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One day, out of thin air--or wherever such inspiration comes from--the idea of awarding financial prizes to high school students who wrote about something they learned as a result of high school football simply came to Bruce Ferguson.  It wasn't hard to convince the other three founders (who happen to be his daughters) to enter into something that would be fun and rewarding for them to undertake together as a family, and Fields of Learning was born.

So often, people reflect back to their youth and say things like, "Those were the best years of my life, but I didn't appreciate it then."  Perhaps potential reward for writing a story about a learning experience for a chance to win scholarship money will inspire some young people to pause and ask themselves, "What have I learned?" or "What has been so important to me that if I write about it, I might win a competition?"  This type of reflection and introspection is helpful throughout life.  

In this electronic age of smart phones and texting, the emphasis for effective communication is on speed and interactivity.  Though this is a natural evolution of our society--and is fun and stimulating for young people--it de-emphasizes letter writing and the need, in general, to be able to get in touch with feelings and express them in writing.  In the years to come, students composing essays for Fields of Learning might play at least a small role in preserving the ancient, but important, skill of sharing something through carefully chosen words.  

Though only a small percentage of students who submit essays will win scholarships, the satisfaction of helping fund one's continuing education through winning a competition could be a significant confidence-builder for students.  For that reason, the approach on awarding scholarships is to have a greater number of smaller dollar awards (as opposed to a smaller number of larger awards) maximizing the number of students who win, even if the amount awarded covers only a small fraction of the cost of continuing education.   



What we are all about...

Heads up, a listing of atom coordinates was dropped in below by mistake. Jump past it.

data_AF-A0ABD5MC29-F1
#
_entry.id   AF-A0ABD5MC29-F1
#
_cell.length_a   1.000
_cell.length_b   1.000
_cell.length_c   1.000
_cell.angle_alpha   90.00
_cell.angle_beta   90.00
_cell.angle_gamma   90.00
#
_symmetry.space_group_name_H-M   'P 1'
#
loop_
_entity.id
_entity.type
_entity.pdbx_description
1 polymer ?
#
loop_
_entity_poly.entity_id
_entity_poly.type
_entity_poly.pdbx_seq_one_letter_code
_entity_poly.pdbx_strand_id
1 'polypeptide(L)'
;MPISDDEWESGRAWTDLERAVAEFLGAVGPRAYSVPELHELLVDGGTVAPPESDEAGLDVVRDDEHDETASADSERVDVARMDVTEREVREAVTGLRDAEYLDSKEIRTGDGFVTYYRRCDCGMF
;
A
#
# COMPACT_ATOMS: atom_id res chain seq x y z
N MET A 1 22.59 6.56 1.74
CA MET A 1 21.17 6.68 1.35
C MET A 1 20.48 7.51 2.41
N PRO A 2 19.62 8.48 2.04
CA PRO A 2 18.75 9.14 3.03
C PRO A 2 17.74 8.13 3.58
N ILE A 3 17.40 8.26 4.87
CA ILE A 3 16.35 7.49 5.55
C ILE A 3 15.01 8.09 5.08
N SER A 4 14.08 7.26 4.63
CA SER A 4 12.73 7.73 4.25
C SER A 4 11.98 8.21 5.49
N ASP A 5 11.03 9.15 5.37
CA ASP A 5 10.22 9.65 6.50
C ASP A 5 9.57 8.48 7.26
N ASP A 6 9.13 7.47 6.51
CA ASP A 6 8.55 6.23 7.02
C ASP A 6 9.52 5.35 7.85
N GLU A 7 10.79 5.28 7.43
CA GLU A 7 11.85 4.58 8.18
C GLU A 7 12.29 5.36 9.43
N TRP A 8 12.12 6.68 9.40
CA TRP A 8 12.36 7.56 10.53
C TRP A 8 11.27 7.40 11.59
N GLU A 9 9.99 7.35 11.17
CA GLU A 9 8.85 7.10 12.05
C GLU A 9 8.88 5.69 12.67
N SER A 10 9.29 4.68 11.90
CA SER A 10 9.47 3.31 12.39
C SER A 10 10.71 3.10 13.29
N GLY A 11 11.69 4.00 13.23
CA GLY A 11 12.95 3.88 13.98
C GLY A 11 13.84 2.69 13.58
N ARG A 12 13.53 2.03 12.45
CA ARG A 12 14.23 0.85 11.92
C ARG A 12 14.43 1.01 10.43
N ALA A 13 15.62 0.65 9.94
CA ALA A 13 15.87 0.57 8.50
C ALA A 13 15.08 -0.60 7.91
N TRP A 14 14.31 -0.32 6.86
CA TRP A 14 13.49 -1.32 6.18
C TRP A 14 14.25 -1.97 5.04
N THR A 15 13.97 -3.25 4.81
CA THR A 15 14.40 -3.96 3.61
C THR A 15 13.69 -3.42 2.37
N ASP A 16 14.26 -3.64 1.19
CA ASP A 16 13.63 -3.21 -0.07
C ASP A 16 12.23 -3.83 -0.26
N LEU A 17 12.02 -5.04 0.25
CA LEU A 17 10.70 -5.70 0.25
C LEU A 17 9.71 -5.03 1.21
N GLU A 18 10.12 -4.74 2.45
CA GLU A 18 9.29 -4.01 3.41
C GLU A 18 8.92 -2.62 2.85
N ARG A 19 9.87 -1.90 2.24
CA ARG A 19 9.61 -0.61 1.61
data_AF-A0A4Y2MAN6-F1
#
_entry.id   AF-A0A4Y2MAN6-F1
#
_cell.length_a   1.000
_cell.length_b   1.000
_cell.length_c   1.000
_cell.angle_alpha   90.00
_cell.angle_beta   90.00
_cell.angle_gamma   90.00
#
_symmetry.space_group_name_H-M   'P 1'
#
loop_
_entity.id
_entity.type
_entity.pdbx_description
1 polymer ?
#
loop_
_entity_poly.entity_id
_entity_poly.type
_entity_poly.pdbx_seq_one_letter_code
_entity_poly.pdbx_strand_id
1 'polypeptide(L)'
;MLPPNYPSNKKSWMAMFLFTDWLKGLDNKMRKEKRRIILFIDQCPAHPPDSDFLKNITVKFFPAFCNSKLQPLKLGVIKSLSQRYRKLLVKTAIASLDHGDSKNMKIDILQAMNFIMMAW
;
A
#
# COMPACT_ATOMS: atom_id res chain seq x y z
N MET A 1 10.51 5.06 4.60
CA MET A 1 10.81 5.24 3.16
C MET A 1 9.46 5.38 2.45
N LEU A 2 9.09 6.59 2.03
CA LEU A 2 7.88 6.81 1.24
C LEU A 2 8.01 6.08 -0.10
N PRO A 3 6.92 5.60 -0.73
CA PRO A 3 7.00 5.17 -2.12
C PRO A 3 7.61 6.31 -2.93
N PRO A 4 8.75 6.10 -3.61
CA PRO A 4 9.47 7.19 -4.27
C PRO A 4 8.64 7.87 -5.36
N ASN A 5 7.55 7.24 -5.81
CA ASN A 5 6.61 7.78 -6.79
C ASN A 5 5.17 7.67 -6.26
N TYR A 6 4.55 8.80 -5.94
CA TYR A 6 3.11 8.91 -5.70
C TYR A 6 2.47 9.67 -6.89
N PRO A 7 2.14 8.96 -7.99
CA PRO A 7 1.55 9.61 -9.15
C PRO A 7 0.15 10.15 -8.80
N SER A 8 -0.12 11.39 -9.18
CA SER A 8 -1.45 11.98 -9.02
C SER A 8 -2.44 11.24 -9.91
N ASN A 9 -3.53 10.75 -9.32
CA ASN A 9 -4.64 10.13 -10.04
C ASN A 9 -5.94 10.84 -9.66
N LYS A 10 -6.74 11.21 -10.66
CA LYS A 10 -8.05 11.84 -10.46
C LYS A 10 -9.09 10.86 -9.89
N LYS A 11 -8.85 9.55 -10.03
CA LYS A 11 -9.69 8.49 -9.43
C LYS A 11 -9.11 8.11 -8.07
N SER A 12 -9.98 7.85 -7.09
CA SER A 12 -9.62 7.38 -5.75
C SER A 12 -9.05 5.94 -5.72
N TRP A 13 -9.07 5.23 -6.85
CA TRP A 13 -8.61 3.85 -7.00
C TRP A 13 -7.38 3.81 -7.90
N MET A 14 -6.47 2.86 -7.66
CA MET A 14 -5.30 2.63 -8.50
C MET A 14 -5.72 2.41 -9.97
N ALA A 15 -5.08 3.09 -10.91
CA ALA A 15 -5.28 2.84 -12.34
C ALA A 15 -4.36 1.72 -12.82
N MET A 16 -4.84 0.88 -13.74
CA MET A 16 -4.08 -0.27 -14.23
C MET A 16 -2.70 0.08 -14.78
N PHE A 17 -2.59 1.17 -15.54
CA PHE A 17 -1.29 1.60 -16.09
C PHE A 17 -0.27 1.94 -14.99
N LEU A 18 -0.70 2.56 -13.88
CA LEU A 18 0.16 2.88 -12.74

It is the goal of Fields of Learning to make this program available to every student in Ohio who 

attends a school that fields a football team.  Announcements will emphasize that this

 is in no way limited to the various groups of direct participants in high school football.  

And furthermore, it will be emphasized that the scholarship money can be used for any 

reasonable type of continuing education, and not limited to attending college.  

With the intent of getting more personally in touch with the communites and school districts,

the founders have made a committment to visit each one of the approximately 

725 football-playing high schools in Ohio, and to photograph every school and football field. 

Though obviously a daunting and time-consuming endeavor, the outings to find and photograph 

schools are proving to be memorable and enjoyable family outings.  In April, 2014 we completed the school visits and celebrated as we snapped the photograph of

Manchester High School along the Ohio River in Southern Ohio.  Since then, 9 additional schools have taken up football, all of which have been visited and photographed as of January, 2017.

After our initial 14 years of awarding scholarships,it is impossible to predict whether it will remain a small family 

endeavor, or take root and become something much larger.  Among former #1 New York Times 

bestsellers are books comprised of collections of personal stories, like Chicken Soup for the Soul 

by Jack Canfield and Mark Victor Hansen and The Right Words at the Right Time by Marlo 

Thomas and Friends.  An idea for the future is to publish a book consisting of a collection of 

Fields of Learning essays.  The royalties from book sales would then help fund Fields of Learning 

for future generations.

Together, we have come to understand the importance of pausing to reflect on what happens in life and to appreciate the lessons we have learned.  Great benefit comes from committing our thoughts and feelings to writing.